The global technological landscape has recently been braced with an escalating contention between the United States and China.
A critical aspect of this tussle orbits around the trading and handling of essential raw materials that are pivotal for the progression of the tech sector. At the heart of this debate are gallium and germanium, two crucial elements heavily incorporated in manufacturing various technological products, including computer chips and solar panels. According to the Critical Raw Materials Alliance, China has been the predominant supplier of these elements, contributing to 80% of the world’s gallium and 60% of germanium production. However, a significant shift was noted last month when China refrained from trading these elements on the global platform, as the recent Chinese customs data revealed.
The stakes are high in this scenario. As commodity traders and macro-economic enthusiasts would appreciate, the movement of such materials across borders heavily impacts the tech sector and the economies at play. In July, records showed that China had exported 5.15 metric tons of forged gallium products and 8.1 metric tons of developed germanium products. Fast forward to a month later, the export charts for these materials plummeted to zero. This abrupt transition indicates China’s retaliatory stance against the US export controls, notwithstanding the looming economic growth concerns amidst a tech war backdrop.
The economic tremors of this halt are already palpable. The domestic market in China saw a dip in gallium prices owing to the accumulation of inventories spurred by export controls. As per Shanghai Metal Market data, gallium prices tumbled nearly 20% to 1,900 yuan ($260) per metric ton from early July. Conversely, germanium prices nudged upward due to the tightened supply, clocking in at 10,050 yuan ($1,376) per metric ton. The contrasting price trajectories of these two elements underscore the complex dynamics engaged when pivotal raw materials are held from the global market.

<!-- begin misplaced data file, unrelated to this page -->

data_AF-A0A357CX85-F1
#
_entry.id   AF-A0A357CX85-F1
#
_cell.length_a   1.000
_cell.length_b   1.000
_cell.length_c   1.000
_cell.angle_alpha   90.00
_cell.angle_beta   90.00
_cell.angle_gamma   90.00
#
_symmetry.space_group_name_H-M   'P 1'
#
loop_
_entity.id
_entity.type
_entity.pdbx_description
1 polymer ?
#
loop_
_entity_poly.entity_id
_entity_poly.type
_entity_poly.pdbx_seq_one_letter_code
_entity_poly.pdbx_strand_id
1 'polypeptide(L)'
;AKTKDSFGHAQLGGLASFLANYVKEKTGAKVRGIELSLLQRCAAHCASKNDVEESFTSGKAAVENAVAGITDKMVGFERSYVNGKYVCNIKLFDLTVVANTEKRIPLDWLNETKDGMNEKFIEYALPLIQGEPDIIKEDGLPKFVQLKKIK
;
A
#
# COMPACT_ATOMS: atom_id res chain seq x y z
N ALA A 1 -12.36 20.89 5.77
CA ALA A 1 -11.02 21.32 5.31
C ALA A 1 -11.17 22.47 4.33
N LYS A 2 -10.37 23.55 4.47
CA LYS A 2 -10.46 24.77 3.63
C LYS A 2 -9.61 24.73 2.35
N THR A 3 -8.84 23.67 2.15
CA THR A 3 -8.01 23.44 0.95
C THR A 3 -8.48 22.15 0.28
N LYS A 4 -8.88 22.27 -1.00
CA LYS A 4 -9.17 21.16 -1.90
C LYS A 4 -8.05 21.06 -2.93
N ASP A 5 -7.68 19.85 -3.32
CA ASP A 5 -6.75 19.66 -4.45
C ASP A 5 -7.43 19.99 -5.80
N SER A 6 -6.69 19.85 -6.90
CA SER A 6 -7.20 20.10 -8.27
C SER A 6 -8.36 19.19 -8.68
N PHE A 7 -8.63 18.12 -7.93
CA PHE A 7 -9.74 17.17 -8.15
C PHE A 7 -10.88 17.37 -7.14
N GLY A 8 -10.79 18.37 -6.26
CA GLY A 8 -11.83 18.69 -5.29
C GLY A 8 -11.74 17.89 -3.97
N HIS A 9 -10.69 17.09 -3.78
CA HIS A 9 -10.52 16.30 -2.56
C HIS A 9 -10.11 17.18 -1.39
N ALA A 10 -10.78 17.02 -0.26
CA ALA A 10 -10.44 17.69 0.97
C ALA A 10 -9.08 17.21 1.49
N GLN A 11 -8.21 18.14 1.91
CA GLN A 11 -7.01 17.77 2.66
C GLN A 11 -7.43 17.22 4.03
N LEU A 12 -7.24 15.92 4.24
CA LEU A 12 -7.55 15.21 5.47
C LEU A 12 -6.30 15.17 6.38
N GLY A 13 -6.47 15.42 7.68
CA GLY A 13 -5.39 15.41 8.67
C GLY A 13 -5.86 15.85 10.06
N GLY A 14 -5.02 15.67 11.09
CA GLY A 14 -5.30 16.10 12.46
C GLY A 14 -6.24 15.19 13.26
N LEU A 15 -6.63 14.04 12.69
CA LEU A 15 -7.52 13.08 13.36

On a broader economic canvas, the repercussions stretch beyond just price shifts. The halt in exports struck a fresh blow to China’s already delicate economic recovery pathway, grappling with weak domestic demand and an overhanging housing crisis. The export dip in the last month marked the most substantial drop witnessed in over three years, embedding further complications in the economic fabric.
The standoff goes beyond a mere trade skirmish. It emblematic of a more significant technological rivalry between the US and China. Beijing’s initiation of export controls on August 1, demanding special permissions for shipping out gallium and germanium, essentially weaponizes these crucial tech commodities in the ongoing tech cold war. This move is a countermeasure to the US’s earlier unveiled export controls, which barred Chinese firms from procuring advanced chips and chip-making apparatus without a license.
A riveting development in this saga was the release of Huawei’s Mate 60 Pro smartphone last month. Despite the US sanctions aimed at severing China’s access to cutting-edge chip technology, the tech giant managed to roll out a model powered by an advanced chip. The episode has not only sent shockwaves through the tech realm but has also intensified political pressure on the US to amp up sanctions on Chinese tech entities like Huawei and SMIC believed to have fabricated the semiconductor for the new smartphone model.
For Washington’s campaign to indeed bear fruit, a collaborative effort from other nations was indispensable. In resonance with this, Japan and the Netherlands had joined forces with the US earlier, tightening the noose on chip-making exports to China. Beijing, however, retaliated by launching a cybersecurity probe into US chipmaker Micron in April, followed by a ban on its sales to Chinese firms engaged in crucial infrastructure projects.
The unfolding scenario posits a series of contemplations for commodity traders and those vested in macroeconomics. The altered flow of gallium and germanium, entwined with the broader tech war narrative, encapsulates a significant economic storyline. It’s a telling commentary on how critical raw materials, tech advancements, and international trade policies are intertwined and how their interplay will likely script the following chapters of global economic and technological discourse.
Furthermore, the burgeoning tech war adds a layer of unpredictability to the already volatile commodity markets. The onus now lies on market players and policy architects to navigate this complex, evolving narrative with a blend of foresight and strategic agility. The road ahead beckons a more profound comprehension and meticulous analysis of these unfolding economic and tech-political theatrics, with a keen eye on the macroeconomic ramifications poised to follow